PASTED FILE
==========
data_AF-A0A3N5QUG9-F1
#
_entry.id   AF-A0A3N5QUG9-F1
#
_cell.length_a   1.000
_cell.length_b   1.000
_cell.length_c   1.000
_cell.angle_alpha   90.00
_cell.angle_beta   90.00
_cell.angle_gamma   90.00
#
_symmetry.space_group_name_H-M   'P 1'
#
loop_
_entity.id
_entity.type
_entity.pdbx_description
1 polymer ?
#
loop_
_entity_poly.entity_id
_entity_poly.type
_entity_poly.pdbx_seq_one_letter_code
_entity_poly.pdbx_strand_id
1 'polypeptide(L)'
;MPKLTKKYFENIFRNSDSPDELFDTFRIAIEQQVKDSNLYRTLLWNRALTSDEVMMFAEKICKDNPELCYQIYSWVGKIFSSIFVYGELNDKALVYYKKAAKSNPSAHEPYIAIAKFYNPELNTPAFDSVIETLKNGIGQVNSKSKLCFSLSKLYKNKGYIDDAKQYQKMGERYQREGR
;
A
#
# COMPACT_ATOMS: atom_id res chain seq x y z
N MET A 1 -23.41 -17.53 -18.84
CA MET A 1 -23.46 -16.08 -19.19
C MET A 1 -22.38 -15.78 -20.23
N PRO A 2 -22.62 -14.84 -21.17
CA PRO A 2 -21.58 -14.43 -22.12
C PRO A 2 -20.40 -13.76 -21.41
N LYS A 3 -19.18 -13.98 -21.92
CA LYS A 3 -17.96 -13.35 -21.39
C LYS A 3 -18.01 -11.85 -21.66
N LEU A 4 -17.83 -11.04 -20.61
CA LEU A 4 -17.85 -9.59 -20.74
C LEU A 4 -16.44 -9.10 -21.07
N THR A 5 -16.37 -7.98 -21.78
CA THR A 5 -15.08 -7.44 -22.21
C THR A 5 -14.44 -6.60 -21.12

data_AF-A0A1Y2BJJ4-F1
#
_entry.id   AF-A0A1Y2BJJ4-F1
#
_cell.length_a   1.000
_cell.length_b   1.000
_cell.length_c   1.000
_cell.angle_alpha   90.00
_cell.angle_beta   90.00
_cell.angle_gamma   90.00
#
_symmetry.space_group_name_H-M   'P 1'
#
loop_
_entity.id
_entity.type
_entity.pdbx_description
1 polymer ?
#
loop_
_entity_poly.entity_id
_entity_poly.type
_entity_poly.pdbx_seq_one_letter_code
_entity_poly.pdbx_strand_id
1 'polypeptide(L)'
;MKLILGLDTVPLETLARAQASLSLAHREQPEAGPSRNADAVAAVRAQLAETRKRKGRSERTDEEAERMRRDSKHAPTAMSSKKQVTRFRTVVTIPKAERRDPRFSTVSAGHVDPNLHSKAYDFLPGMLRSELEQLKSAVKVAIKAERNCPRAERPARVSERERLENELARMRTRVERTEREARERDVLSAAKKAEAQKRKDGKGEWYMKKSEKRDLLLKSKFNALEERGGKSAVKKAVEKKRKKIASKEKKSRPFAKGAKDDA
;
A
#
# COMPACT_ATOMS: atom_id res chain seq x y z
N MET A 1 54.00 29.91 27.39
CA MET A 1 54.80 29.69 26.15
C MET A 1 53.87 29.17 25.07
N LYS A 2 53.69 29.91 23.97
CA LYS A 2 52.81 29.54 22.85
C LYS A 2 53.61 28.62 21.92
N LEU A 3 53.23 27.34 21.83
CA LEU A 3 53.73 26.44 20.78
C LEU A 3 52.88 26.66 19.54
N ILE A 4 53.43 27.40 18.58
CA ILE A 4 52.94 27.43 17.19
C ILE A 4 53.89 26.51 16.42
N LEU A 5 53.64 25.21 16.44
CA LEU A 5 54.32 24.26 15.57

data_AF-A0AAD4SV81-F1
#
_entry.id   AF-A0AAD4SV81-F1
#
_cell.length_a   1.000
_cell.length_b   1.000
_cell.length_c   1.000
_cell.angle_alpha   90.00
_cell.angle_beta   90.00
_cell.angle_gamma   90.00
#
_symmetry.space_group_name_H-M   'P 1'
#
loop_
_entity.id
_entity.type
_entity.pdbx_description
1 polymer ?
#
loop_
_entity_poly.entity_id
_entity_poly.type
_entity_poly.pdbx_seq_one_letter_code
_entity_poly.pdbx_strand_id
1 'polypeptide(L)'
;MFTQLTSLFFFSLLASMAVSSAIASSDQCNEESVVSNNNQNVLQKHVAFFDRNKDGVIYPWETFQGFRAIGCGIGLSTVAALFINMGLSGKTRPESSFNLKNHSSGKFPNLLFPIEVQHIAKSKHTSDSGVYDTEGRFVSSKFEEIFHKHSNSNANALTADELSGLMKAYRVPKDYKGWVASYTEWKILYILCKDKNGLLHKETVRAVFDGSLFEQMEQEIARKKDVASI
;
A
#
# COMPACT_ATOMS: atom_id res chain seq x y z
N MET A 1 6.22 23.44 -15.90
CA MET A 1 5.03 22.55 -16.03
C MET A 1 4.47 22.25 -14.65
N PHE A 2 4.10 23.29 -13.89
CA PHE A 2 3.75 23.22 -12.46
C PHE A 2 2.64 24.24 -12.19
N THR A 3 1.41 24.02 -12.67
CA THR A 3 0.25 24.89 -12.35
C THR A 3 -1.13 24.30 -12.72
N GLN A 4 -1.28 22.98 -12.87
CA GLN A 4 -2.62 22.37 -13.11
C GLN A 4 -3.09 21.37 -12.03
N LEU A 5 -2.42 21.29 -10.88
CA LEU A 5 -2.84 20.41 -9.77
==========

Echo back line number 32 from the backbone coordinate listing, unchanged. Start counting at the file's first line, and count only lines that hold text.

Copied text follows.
CA MET A 1 -23.46 -16.08 -19.19